Richard Cosway

Richard Cosway

Self-portrait in miniature, circa 1770
Born (1742-11-05)5 November 1742
Tiverton, England
Died 4 July 1821(1821-07-04) (aged 78)
London, England
Nationality English
Known for Painter of Portrait Miniatures

Richard Cosway RA (5 November 1742 4 July 1821) was a leading English portrait painter of the Regency era, noted for his miniatures. He was a contemporary of John Smart, George Engleheart, William Wood, and Richard Crosse. His wife was the Italian-born painter Maria Cosway, a close friend of Thomas Jefferson.

Early years

Richard Cosway was born in Tiverton, Devon, the son of a schoolmaster. He was initially educated at Blundell's School but at the age of twelve he was allowed to travel to London to take lessons in painting. He won a prize from the Society of Artists in 1754 and by 1760 had established his own business. He exhibited his first works at the age of 20 in 1762 and was soon in demand.

He was one of the first group of associate members of the Royal Academy, elected in August 1770, and was elected a full member the following March, on the casting vote of the academy's president, Sir Joshua Reynolds.[1] He is included in Johan Zoffany's group portrait of the members of the academy (begun in 1771); a late addition to the composition, he was painted on an extra strip of canvas, attached to the right-hand side of the painting.[2]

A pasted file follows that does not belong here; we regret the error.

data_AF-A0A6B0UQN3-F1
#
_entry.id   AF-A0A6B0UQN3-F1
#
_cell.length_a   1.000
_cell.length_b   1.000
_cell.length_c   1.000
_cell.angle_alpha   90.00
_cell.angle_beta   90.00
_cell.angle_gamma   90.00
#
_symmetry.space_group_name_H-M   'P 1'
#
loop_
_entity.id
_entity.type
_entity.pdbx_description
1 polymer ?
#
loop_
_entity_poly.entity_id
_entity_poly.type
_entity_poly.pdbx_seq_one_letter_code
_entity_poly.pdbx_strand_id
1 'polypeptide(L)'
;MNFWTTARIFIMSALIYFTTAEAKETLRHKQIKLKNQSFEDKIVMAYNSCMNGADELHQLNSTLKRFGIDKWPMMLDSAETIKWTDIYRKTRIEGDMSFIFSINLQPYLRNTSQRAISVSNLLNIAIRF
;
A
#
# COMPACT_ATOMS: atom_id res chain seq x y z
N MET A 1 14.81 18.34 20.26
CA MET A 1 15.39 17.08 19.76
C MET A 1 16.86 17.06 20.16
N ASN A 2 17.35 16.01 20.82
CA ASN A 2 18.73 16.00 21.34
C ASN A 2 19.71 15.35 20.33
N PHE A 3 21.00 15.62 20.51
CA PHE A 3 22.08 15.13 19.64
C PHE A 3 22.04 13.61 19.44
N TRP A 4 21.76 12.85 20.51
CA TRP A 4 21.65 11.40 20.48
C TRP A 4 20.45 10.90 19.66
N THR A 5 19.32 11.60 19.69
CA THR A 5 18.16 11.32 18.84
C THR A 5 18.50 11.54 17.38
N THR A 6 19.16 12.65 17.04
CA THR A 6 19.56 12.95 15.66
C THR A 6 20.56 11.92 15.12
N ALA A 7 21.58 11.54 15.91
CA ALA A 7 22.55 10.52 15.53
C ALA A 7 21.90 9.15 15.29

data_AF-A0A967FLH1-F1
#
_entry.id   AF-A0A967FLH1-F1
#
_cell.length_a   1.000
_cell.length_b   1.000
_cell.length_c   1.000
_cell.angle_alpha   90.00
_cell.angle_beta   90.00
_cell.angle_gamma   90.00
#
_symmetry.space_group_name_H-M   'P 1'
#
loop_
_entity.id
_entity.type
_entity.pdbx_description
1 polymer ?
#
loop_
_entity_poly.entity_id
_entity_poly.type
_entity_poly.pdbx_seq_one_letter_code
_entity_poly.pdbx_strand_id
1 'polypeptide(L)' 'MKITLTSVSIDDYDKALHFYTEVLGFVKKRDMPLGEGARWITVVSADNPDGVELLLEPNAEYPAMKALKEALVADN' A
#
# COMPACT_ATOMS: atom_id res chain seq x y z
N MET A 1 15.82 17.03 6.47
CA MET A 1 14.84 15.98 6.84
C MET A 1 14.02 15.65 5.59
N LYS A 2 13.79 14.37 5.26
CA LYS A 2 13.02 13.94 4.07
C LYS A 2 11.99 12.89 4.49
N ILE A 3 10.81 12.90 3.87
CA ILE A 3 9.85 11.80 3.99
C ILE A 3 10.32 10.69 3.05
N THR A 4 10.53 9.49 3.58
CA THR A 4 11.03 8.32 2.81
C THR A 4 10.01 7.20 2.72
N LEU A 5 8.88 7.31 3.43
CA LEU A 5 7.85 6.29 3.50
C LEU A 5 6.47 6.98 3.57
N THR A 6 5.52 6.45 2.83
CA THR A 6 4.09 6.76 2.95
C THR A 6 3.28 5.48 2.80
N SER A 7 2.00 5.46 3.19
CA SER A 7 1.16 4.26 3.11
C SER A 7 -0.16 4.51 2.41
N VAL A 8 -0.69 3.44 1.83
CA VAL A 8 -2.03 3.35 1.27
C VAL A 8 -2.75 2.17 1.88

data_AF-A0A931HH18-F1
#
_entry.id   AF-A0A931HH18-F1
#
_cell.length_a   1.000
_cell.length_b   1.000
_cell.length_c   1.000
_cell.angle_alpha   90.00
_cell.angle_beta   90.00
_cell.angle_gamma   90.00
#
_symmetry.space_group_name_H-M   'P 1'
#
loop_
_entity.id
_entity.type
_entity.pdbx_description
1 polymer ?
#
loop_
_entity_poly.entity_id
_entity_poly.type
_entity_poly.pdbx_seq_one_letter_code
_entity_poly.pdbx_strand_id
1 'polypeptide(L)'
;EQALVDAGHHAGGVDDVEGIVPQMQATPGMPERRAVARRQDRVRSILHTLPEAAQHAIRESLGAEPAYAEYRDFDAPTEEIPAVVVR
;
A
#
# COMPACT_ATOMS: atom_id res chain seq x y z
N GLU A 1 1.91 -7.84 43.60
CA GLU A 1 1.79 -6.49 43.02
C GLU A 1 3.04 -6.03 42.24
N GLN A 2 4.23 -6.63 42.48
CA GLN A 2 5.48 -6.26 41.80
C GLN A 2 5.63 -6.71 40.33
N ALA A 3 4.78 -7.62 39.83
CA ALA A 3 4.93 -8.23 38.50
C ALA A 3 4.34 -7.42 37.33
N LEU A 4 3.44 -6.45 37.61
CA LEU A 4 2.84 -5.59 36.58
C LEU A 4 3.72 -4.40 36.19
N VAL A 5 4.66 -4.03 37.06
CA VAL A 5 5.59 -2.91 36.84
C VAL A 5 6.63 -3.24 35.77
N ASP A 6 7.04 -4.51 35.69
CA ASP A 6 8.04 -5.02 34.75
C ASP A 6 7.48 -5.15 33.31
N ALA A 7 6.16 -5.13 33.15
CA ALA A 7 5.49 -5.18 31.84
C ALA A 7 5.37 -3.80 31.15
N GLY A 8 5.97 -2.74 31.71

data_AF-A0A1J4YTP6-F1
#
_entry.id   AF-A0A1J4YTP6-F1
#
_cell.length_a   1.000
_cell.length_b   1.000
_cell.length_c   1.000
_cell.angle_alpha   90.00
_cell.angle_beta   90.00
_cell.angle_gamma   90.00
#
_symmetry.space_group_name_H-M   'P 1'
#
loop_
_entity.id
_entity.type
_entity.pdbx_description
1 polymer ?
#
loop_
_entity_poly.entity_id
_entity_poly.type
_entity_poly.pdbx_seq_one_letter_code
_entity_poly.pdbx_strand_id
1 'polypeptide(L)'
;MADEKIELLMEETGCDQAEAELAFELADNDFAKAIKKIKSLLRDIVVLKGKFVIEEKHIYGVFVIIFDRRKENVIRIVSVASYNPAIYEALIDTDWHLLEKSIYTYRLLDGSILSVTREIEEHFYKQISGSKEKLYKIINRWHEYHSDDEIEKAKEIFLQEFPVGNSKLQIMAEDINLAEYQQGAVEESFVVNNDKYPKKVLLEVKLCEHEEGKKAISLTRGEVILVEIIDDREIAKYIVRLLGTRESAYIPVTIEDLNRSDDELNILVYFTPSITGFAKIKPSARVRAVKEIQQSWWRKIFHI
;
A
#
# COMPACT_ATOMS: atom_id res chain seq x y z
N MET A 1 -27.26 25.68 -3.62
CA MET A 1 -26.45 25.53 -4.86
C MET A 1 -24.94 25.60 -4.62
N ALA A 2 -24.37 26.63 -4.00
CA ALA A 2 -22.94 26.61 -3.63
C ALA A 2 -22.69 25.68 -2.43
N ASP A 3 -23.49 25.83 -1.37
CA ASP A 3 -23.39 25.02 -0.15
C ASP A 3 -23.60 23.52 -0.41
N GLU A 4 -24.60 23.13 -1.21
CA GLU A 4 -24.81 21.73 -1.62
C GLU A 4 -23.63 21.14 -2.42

Career in art

He painted the future King George IV in 1780 and was appointed Painter to the Prince of Wales[3] in 1785the only time this title was ever awarded. His subjects included the Prince's first wife, Maria Anne Fitzherbert, and various English and French aristocrats, including Madame du Barry, mistress of King Louis XV of France.

Cosway's pupils included Andrew Plimer (1763–1837).

From 1995 to 1996, the National Portrait Gallery in London held an exhibition entitled Richard and Maria Cosway: Regency Artists of Taste and Fashion, with 250 works on display.[4]

Personal life

A SMUGGLING MACHINE or a Convenient Cos(au)way for a Man in Miniature. A 1782 etching satirising the relationship between Cosway and his wife. Published by Hannah Humphrey.[5]

On 18 January 1781, Cosway married the Anglo-Italian artist Maria Hadfield. Maria was a composer, musician and authority on girls' education and was much admired by Thomas Jefferson, who wrote letters to her decrying her marriage to another man and kept an engraving made from one of Cosway's paintings of Maria at Monticello.[6]

The Cosways' marriage is thought to be an arranged marriage and later a marriage of convenience due to his being 20 years her senior.[4][6] Richard was "well known as a libertine and commonly described as resembling a monkey."[7] The film Jefferson in Paris depicts Maria Cosway's romance with Thomas Jefferson and also depicts Richard Cosway as effeminate, something which is not certain historically.

In 1784, the Cosways moved into Schomberg House, Pall Mall, which became a fashionable salon for London society.[3] In 1791 they moved to a larger house in Stratford Place. However, the marriage did not last, eventually being annulled.

In later life, Cosway also suffered from mental disorders and spent some time in various institutions. He died in London in 1821 and was buried at Marylebone New Church. Sir John Soane bought more than 30 objects put up for sale at auction after Cosway's death.[3]

Examples of Cosway's work


Further reading

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